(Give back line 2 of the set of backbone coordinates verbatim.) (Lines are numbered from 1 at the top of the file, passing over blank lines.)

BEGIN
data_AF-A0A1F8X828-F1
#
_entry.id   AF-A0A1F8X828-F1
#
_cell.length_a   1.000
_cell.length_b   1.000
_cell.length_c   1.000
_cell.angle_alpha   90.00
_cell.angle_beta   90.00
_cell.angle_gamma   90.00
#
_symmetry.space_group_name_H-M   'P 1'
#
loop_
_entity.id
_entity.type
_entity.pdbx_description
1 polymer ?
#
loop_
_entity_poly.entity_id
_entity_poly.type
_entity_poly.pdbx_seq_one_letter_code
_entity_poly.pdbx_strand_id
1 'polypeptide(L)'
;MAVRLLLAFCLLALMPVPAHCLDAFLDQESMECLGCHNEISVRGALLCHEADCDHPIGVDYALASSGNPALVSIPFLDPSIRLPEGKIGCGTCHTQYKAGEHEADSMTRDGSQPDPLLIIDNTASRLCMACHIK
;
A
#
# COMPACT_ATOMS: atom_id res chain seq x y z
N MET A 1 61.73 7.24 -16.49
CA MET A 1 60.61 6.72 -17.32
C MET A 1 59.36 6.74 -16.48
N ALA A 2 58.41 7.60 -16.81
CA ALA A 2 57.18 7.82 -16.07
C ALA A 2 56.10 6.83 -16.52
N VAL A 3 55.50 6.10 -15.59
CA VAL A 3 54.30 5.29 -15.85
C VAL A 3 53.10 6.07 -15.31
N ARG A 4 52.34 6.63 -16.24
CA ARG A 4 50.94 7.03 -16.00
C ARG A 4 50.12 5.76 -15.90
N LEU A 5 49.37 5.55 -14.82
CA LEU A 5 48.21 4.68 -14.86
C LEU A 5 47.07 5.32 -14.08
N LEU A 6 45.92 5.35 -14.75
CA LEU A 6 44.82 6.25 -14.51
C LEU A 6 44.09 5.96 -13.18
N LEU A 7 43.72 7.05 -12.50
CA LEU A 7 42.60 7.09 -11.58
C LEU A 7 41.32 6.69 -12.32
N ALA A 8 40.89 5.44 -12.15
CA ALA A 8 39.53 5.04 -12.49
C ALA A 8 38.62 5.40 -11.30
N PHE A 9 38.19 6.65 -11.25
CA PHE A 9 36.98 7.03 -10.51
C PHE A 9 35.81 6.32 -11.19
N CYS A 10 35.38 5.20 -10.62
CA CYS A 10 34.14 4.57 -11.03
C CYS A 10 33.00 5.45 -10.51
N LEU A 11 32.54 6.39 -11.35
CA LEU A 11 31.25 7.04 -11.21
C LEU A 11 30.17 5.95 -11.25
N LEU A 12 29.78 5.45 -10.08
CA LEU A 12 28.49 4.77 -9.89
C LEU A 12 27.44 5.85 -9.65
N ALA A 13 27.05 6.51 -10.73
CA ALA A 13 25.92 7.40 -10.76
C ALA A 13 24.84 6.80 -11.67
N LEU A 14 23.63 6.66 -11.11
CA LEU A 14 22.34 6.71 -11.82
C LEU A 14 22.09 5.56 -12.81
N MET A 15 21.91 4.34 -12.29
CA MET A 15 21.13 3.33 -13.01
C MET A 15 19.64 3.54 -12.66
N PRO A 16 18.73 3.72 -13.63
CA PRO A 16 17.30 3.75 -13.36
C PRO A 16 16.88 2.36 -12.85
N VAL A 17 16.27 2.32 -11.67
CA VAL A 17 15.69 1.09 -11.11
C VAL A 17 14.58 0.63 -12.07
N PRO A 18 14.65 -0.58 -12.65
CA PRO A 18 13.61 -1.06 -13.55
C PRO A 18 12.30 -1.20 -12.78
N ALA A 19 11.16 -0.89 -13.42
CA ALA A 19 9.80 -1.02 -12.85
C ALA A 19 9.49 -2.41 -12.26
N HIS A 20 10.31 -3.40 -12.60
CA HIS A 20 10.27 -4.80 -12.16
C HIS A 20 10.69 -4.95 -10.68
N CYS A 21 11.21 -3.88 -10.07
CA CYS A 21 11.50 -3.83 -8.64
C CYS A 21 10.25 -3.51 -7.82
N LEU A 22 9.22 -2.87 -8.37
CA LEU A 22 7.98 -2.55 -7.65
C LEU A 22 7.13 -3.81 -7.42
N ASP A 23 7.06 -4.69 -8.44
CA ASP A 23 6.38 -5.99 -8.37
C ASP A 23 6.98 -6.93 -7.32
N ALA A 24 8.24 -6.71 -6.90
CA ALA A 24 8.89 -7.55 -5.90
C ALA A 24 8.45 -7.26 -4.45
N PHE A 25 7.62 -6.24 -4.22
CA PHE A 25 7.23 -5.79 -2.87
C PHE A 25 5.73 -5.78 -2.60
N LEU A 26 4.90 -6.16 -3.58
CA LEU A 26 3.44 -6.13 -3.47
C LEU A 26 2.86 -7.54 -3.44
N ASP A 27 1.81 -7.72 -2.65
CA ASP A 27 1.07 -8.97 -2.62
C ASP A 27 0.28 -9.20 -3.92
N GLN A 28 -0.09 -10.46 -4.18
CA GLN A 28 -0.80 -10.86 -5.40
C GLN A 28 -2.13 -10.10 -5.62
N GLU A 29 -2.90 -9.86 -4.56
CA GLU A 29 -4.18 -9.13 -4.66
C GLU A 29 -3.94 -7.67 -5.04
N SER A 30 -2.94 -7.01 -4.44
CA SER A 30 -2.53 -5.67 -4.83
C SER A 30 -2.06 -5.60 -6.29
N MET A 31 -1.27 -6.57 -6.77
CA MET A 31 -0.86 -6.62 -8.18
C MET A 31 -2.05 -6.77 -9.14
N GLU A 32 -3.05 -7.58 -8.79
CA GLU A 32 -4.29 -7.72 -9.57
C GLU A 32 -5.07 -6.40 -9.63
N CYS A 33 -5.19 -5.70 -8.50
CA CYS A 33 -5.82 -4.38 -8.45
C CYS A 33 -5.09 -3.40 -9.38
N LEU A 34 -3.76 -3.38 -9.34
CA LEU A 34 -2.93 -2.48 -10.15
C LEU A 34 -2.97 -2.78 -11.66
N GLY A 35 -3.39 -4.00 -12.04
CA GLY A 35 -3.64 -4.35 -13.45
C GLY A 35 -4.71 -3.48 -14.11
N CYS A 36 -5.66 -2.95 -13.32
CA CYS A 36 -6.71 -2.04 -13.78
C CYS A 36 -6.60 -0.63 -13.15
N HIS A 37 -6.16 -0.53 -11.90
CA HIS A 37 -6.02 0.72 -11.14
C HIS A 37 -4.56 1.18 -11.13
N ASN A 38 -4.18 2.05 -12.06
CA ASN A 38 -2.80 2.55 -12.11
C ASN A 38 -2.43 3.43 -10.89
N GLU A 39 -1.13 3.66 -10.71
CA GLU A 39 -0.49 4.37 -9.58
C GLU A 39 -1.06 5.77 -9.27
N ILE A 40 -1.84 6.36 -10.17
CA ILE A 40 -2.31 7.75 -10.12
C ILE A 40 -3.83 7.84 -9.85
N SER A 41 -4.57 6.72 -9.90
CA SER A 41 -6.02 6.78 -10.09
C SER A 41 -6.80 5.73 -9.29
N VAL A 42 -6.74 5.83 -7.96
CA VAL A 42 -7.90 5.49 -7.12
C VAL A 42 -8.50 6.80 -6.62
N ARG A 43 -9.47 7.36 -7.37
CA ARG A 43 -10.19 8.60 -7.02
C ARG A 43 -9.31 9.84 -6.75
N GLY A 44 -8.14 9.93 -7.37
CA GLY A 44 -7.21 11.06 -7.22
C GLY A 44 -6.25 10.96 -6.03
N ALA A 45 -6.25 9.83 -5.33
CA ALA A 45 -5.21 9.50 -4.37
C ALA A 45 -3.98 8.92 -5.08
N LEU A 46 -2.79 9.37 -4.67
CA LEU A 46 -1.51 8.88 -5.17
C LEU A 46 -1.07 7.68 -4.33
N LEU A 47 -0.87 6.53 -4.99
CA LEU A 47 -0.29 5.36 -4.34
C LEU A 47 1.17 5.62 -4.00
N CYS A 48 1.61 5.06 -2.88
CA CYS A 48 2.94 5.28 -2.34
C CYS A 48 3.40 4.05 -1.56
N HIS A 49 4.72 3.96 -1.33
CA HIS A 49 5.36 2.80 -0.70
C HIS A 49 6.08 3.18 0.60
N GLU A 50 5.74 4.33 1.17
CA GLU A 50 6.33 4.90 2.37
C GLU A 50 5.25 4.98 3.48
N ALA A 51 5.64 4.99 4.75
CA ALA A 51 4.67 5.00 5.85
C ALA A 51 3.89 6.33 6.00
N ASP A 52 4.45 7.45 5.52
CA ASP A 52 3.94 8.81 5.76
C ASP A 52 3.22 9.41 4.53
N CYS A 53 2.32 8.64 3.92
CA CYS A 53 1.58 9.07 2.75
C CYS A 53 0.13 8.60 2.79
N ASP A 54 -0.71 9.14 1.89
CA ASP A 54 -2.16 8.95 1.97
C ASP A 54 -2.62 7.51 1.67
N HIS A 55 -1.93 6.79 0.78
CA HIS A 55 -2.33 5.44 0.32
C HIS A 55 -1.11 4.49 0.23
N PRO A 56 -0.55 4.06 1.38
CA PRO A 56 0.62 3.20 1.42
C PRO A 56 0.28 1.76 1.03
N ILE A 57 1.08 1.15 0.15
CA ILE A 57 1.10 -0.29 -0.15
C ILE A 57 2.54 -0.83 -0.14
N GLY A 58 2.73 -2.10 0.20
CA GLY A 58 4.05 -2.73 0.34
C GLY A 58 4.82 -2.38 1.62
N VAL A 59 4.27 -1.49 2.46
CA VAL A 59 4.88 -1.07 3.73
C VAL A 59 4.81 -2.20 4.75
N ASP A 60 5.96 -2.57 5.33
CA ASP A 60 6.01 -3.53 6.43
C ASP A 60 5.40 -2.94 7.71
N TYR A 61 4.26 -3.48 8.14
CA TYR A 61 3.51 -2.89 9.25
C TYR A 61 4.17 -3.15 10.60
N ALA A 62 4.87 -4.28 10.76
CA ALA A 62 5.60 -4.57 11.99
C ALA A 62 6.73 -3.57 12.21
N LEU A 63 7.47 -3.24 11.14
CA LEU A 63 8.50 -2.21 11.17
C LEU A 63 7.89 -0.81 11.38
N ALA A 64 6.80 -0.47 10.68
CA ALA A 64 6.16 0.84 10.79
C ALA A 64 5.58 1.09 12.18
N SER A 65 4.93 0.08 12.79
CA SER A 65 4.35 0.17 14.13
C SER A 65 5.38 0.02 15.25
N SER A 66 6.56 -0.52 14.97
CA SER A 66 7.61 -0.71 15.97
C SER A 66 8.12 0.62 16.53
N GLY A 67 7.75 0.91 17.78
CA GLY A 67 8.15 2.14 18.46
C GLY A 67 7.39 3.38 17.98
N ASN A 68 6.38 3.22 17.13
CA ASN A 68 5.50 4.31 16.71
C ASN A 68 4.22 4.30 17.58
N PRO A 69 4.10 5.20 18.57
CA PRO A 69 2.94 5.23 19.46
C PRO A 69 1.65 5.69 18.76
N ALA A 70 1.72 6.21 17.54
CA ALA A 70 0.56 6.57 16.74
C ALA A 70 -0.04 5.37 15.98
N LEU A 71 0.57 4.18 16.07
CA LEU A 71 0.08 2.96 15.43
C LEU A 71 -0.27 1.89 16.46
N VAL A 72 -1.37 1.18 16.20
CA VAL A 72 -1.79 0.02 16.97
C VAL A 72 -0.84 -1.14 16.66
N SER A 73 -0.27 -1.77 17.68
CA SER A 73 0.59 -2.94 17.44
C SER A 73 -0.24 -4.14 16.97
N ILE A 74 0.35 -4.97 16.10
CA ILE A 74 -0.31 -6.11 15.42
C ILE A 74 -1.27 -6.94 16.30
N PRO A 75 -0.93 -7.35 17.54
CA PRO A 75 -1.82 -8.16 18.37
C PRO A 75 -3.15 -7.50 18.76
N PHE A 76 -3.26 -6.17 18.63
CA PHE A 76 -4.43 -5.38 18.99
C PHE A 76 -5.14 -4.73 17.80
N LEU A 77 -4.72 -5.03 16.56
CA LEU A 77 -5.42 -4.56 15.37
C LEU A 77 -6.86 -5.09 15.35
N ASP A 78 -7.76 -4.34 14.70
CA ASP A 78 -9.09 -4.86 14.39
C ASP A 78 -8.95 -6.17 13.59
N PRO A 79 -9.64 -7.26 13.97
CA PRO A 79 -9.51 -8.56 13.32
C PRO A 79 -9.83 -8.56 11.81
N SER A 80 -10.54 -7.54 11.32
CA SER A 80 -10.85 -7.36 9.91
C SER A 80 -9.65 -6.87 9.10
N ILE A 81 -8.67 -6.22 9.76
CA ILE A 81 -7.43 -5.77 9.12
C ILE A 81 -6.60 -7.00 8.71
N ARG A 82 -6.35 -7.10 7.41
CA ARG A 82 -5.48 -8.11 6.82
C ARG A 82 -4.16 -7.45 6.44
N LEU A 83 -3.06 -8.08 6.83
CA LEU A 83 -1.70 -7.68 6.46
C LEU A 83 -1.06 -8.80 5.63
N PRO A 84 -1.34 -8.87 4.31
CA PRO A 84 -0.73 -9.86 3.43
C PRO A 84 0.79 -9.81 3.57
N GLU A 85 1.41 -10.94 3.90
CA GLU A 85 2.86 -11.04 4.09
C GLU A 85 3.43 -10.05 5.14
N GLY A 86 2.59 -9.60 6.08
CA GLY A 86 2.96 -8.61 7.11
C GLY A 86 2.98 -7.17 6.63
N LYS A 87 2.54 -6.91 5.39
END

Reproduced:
#